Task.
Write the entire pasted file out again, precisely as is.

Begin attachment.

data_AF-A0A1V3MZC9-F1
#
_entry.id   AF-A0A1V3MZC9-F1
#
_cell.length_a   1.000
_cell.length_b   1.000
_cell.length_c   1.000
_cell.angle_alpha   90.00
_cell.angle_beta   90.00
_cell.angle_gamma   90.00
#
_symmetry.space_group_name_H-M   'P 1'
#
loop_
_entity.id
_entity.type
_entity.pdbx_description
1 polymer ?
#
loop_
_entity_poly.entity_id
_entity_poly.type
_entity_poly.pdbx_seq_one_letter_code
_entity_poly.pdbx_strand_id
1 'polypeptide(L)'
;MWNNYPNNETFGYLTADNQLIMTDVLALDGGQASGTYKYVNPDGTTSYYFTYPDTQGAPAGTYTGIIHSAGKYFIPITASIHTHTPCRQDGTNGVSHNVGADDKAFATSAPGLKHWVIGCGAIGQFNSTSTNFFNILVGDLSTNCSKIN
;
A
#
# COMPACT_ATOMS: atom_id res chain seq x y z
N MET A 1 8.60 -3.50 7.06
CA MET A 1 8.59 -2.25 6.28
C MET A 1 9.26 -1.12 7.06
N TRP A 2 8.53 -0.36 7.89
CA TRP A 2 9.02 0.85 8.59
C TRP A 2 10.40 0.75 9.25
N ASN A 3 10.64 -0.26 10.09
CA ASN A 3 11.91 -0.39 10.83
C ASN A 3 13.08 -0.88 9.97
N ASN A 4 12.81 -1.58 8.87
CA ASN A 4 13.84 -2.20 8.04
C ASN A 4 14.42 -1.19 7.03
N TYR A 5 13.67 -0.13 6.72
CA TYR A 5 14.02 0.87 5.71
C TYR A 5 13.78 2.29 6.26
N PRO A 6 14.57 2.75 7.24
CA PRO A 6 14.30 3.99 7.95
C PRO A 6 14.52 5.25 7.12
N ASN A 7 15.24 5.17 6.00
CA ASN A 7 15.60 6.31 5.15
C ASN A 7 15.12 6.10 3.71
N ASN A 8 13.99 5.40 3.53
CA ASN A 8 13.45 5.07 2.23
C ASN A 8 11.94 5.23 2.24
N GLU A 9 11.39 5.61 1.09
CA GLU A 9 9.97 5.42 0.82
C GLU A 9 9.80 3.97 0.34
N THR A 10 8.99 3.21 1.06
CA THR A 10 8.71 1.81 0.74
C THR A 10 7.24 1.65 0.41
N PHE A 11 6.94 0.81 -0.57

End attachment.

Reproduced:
data_AF-A0A1V3MZC9-F1
#
_entry.id   AF-A0A1V3MZC9-F1
#
_cell.length_a   1.000
_cell.length_b   1.000
_cell.length_c   1.000
_cell.angle_alpha   90.00
_cell.angle_beta   90.00
_cell.angle_gamma   90.00
#
_symmetry.space_group_name_H-M   'P 1'
#
loop_
_entity.id
_entity.type
_entity.pdbx_description
1 polymer ?
#
loop_
_entity_poly.entity_id
_entity_poly.type
_entity_poly.pdbx_seq_one_letter_code
_entity_poly.pdbx_strand_id
1 'polypeptide(L)'
;MWNNYPNNETFGYLTADNQLIMTDVLALDGGQASGTYKYVNPDGTTSYYFTYPDTQGAPAGTYTGIIHSAGKYFIPITASIHTHTPCRQDGTNGVSHNVGADDKAFATSAPGLKHWVIGCGAIGQFNSTSTNFFNILVGDLSTNCSKIN
;
A
#
# COMPACT_ATOMS: atom_id res chain seq x y z
N MET A 1 8.60 -3.50 7.06
CA MET A 1 8.59 -2.25 6.28
C MET A 1 9.26 -1.12 7.06
N TRP A 2 8.53 -0.36 7.89
CA TRP A 2 9.02 0.85 8.59
C TRP A 2 10.40 0.75 9.25
N ASN A 3 10.64 -0.26 10.09
CA ASN A 3 11.91 -0.39 10.83
C ASN A 3 13.08 -0.88 9.97
N ASN A 4 12.81 -1.58 8.87
CA ASN A 4 13.84 -2.20 8.04
C ASN A 4 14.42 -1.19 7.03
N TYR A 5 13.67 -0.13 6.72
CA TYR A 5 14.02 0.87 5.71
C TYR A 5 13.78 2.29 6.26
N PRO A 6 14.57 2.75 7.24
CA PRO A 6 14.30 3.99 7.95
C PRO A 6 14.52 5.25 7.12
N ASN A 7 15.24 5.17 6.00
CA ASN A 7 15.60 6.31 5.15
C ASN A 7 15.12 6.10 3.71
N ASN A 8 13.99 5.40 3.53
CA ASN A 8 13.45 5.07 2.23
C ASN A 8 11.94 5.23 2.24
N GLU A 9 11.39 5.61 1.09
CA GLU A 9 9.97 5.42 0.82
C GLU A 9 9.80 3.97 0.34
N THR A 10 8.99 3.21 1.06
CA THR A 10 8.71 1.81 0.74
C THR A 10 7.24 1.65 0.41
N PHE A 11 6.94 0.81 -0.57